Treana finds Docas
Whenever I return to Cameroon I’m asked about Docas, the little girl I met at the HOTPEC orphanage almost 10 years ago. On every trip I make sure we have a few quiet moments to reconnect with my favourite friend, but this trip is busier than usual. Our schedule is packed from dawn until dusk every day and I have three separate meetings scheduled on the morning we visit HOTPEC. Ms. Beatrice, the head mistress, is eager to tour me around the grounds and discuss upcoming projects, so I’ll miss typical playtime that I look forward to so much.
With over 200 kids, I’m worried that I’ll miss seeing Docas entirely. We’re ushered into a classroom where kids of varying ages are seated. I search their faces, but Docas isn’t here. The older children are introduced as success stories. Having grown up at the orphanage, these young men and women have defied the odds and are now studying to be doctors, carpenters, teachers and more.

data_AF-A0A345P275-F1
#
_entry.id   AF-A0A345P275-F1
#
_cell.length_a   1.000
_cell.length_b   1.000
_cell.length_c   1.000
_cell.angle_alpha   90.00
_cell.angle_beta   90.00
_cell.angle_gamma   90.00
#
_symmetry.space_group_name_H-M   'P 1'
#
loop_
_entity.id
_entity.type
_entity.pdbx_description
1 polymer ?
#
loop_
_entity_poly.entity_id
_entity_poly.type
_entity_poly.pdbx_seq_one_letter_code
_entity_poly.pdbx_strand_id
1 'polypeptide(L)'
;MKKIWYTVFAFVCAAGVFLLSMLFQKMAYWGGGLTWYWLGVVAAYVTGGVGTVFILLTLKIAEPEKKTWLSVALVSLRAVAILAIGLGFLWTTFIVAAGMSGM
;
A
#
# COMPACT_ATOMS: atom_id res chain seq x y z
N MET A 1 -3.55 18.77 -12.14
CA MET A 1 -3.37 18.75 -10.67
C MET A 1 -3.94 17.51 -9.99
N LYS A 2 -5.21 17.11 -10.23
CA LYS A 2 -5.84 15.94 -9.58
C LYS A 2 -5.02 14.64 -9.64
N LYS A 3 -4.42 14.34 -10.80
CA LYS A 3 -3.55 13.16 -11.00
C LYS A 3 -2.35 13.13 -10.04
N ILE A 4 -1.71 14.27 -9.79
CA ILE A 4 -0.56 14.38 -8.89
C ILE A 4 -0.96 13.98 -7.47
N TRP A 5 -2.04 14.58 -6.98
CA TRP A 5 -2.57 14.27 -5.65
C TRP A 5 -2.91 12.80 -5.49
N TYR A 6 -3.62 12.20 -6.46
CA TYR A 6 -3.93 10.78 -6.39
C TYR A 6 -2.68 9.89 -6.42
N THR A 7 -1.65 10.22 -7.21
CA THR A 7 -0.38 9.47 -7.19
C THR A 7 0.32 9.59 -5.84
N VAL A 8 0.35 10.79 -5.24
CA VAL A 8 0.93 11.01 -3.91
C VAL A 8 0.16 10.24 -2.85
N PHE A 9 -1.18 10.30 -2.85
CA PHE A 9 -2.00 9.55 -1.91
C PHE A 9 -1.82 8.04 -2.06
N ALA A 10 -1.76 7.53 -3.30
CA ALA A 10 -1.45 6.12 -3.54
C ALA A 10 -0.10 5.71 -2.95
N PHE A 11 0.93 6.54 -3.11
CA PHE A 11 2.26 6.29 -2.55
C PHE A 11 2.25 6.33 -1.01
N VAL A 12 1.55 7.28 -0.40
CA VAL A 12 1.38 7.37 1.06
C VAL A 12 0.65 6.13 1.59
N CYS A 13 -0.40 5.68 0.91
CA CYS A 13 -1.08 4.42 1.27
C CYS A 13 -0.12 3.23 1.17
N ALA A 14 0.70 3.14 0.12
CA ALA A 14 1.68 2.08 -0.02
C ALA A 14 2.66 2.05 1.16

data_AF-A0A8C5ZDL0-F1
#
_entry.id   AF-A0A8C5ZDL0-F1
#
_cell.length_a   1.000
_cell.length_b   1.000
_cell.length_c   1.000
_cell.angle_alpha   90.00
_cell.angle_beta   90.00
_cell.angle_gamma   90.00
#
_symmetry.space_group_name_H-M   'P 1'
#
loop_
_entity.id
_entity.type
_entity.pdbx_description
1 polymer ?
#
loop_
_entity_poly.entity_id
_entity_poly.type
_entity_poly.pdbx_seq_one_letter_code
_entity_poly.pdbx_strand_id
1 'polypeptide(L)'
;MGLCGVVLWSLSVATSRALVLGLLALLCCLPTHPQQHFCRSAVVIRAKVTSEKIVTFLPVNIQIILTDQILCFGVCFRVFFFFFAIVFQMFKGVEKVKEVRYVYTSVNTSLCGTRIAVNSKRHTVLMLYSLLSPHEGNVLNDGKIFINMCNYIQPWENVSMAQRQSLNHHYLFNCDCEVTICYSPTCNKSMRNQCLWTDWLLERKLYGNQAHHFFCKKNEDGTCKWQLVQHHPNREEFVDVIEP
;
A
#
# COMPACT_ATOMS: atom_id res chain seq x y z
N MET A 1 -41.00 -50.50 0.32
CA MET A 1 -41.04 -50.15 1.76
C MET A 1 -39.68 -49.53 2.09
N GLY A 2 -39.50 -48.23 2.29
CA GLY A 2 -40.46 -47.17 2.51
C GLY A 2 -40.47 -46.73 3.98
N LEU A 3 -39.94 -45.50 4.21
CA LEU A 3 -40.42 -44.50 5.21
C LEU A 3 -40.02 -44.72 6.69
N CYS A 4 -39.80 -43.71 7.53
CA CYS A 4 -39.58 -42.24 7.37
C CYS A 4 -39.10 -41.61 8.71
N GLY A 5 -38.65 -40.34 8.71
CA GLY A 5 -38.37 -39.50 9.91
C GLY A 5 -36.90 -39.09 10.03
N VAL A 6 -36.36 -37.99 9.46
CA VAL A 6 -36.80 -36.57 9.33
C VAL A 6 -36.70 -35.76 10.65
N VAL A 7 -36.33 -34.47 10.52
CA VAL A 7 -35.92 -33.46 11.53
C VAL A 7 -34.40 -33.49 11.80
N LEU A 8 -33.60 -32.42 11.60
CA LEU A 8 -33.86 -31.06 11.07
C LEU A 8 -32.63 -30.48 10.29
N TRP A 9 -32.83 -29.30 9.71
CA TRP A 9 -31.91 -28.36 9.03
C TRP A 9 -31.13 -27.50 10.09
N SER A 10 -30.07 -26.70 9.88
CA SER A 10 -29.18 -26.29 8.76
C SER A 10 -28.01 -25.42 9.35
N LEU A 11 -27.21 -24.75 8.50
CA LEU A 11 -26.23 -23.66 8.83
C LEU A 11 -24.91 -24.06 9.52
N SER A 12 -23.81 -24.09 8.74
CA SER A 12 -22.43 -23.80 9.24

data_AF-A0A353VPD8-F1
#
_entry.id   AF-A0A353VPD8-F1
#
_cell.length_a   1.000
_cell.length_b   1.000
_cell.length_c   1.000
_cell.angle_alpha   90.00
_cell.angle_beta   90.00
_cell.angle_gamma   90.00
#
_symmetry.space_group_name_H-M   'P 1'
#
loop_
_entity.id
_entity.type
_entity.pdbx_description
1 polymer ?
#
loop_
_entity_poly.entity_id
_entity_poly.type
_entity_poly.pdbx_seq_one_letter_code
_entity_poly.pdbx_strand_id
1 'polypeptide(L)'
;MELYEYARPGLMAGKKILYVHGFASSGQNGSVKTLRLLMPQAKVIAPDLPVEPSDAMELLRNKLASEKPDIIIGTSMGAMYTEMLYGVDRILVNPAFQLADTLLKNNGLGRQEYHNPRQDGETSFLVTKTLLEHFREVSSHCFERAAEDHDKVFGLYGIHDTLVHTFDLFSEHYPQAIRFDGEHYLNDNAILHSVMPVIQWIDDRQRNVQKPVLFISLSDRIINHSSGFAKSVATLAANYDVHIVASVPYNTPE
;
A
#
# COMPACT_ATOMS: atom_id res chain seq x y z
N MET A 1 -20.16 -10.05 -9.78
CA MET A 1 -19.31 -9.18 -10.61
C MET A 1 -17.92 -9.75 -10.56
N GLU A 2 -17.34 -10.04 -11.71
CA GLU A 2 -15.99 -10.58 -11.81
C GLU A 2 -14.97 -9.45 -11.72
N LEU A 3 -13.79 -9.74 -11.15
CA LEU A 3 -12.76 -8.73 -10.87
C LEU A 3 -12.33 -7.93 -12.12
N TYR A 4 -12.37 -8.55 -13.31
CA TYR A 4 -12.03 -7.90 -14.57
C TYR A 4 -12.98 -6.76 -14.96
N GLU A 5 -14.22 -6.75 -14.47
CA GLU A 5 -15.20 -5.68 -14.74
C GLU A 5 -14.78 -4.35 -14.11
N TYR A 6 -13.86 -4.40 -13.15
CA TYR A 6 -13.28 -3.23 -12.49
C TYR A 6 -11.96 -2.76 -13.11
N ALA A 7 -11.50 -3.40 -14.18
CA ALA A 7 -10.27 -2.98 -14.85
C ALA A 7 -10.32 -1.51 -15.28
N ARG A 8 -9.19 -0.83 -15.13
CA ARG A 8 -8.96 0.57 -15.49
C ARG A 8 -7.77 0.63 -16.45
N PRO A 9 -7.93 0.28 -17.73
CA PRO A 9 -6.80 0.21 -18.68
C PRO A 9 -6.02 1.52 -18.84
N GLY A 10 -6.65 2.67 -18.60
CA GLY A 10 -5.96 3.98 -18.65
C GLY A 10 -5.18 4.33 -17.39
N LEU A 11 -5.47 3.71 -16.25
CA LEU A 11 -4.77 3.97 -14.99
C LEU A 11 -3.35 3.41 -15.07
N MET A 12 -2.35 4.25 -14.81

Additional students file in wearing costumes, taking their places to perform for us. I try to give them my full attention, but my mind wanders to Docas. Is she healthy? How is school going? Has she grown much in the last 2 years?
I feel someone staring at me and I’m jolted back to find Docas standing proudly before me. She is older and wearing makeup for the performance, but I recognize her immediately. She smiles shyly, a twinkle in her eye, as we exchange silent greetings. The drumming starts and the girls begin a beautiful traditional dance. The crowd erupts in singing and clapping, but nobody is more excited than I to witness such a display of strength, beauty and grace.
Docas is stunning. She dances with pure joy and abandon, losing herself completely in the music. It’s at this moment that I know Docas is thriving and happy with her family at the orphanage. The presentation ends far too soon – I could watch her dance for days. I say a few words of thanks and pledge our support to upcoming programs that will ensure a brighter future for the children of HOTPEC, including Docas.
Cheryl and Katie play with the children while I meet with administrators. They play with skipping ropes and blow bubbles, loving every minute of the visit. I don’t see Docas again before we leave, but for the first time since I’ve known her, my heart is not heavy as we walk through the gates. She is obviously being cared for with the love and support that she and every other child here deserve.
Seeing Docas is always a highlight, but today she isn’t here. — Treana Peake, Founder, Obakki Foundation
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